There has been a lot of discussion recently about Massive Open Online Courses (MOOCs).
I am grateful to Stephen Downes’ OLDaily and George Siemens for regular updates about MOOC opportunities and debate.
I was fortunate to be a participant in the Connectivism and Connective Knowledge (CCK08) open online course. George Siemens writes of this:
In 2008, Stephen Downes and I offered an open online course Connectivism and Connective Knowledge (CCK08). As our registration numbers increased to about 2300 students, Dave Cormier and Bryan Alexander dubbed the course offering a “massive open online course” or MOOC. The term has stuck and both Dave and Bryan will eventually be inducted into the edtech hall of fame for great word inventage. Since that first course, Stephen, Dave, and I have offered a whack of different courses: CCK09, CCK11, CCK12, Future of Education, PLENK, LAK11, LAK12, Change11, Critical Literacies, and so on. All told, we are likely approaching about 20,000 registrants for our MOOCs (there is overlap from different courses, so the unique registrants would be less).
My thinking about learning was transformed by CCK08 and has been developed by peripheral participation in a number of the other MOOCs George mentions.
I have been contemplating a modest alternative to the MOOC … a SOOC (a Small Open Online Course). I do think the principles of MOOCs are scalable.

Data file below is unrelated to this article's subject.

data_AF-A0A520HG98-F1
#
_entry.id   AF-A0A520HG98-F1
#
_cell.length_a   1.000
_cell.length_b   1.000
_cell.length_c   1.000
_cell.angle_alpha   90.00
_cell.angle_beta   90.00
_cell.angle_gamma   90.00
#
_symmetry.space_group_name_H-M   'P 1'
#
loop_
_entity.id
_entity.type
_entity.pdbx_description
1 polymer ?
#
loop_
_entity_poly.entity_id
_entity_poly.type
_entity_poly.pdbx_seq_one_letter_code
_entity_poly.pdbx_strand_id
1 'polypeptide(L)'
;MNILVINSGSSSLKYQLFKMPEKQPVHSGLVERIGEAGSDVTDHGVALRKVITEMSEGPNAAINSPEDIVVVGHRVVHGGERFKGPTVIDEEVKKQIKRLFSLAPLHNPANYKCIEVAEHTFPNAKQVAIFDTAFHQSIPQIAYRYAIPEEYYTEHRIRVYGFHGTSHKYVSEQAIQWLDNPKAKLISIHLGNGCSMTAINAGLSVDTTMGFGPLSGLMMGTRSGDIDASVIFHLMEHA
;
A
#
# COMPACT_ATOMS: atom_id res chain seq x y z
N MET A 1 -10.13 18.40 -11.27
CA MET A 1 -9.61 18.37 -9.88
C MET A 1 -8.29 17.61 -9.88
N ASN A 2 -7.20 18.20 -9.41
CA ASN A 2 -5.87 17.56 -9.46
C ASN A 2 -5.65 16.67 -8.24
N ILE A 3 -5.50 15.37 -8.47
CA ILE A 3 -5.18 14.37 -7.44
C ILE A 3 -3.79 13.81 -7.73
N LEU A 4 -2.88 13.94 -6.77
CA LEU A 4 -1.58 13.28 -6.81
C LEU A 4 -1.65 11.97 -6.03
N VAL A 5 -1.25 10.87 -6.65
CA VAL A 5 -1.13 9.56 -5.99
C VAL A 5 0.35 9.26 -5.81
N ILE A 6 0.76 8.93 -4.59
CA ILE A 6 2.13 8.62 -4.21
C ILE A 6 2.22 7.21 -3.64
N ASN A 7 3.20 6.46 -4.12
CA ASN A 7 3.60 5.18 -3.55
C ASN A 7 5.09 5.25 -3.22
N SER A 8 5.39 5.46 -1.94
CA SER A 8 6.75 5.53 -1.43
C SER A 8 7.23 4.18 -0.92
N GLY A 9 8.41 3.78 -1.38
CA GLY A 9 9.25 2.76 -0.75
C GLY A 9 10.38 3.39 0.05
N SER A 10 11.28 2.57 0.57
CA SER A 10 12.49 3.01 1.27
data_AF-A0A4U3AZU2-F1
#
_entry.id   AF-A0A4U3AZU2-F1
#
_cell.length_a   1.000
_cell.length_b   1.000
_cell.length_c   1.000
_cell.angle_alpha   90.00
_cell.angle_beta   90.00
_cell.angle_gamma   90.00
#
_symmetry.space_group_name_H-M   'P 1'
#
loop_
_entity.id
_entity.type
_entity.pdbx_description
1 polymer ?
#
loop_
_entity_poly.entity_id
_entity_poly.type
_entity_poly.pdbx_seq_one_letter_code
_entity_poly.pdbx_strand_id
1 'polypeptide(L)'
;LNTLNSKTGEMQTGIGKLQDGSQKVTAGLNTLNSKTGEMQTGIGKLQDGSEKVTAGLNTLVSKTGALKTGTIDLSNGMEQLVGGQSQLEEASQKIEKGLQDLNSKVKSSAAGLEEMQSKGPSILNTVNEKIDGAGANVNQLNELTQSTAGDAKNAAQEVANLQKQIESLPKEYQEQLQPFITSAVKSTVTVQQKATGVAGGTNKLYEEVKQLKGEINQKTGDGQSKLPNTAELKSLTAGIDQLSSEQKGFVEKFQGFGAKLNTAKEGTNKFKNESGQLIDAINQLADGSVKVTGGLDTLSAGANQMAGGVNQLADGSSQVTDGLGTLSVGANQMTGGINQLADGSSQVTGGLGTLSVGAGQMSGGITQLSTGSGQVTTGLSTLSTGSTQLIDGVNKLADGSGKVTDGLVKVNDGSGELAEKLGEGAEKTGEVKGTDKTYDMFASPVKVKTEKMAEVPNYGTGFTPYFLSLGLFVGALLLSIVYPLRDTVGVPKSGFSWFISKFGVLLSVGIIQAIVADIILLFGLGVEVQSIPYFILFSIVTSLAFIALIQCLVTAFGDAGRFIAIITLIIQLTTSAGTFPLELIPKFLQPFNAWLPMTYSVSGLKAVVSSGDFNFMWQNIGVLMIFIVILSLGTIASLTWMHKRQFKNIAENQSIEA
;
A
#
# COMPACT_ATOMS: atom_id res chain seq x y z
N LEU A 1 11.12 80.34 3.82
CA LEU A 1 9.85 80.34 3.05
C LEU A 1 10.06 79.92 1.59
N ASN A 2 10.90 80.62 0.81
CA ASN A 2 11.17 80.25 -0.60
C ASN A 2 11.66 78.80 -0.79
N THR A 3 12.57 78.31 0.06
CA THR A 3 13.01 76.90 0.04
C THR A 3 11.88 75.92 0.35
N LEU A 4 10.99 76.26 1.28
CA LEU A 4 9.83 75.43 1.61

I like the idea of a SOOC that has characteristics of its like-sounding souq. According to Wikipedia a souq is:
an open-air marketplace. Historically, souqs were held outside of cities in the location where a caravan loaded with goods would stop and merchants would display their goods for sale. Souqs were held when there was a caravan or more available. At that time, souqs were more than just a market to buy and sell goods; they were also major festivals and many cultural and social activities took place in them.
The SOOC I have in mind is a mother SOOC that will lead to daughter and granddaughter SOOCs. I am planning a five topic SOOC in The Observation and Analysis of Performance in Sport. One of the challenges for me is how to support non-linear personal learning. At present the SOOC’s five topics are:
- Connecting and Sharing
- Observing Performance
- Visualising Data
- Knowledge Discovery in Databases
- Augmented Reality
I see the Connecting and Sharing topic as the key to supporting involvement in the SOOC. I am keen to persuade colleagues that sharing is the competitive edge in sport. Thereafter there will be a weekly progression through the topics but I realise that the caravans that bring ideas and energy may not coincide with this rhythm.
I am exploring too how this kind of approach resonates with open badges and formal recognition of learning through a qualification framework.
My concept of the SOOC is that it is a fractal of all other activity imbued with a commitment to open, self-paced intrinsically motivated learning.
I see each step in the geneaology of the SOOC triggered by the parent SOOC but increasingly open through generational change to including and crowdsourcing participants’ interests and knowledge. I hope that this approach establishes the connectivist aspirations of this form of sharing.
I am looking at ways to develop this SOOC with tools developed by Adam Brimo at OpenLearning.
Life offers you tools …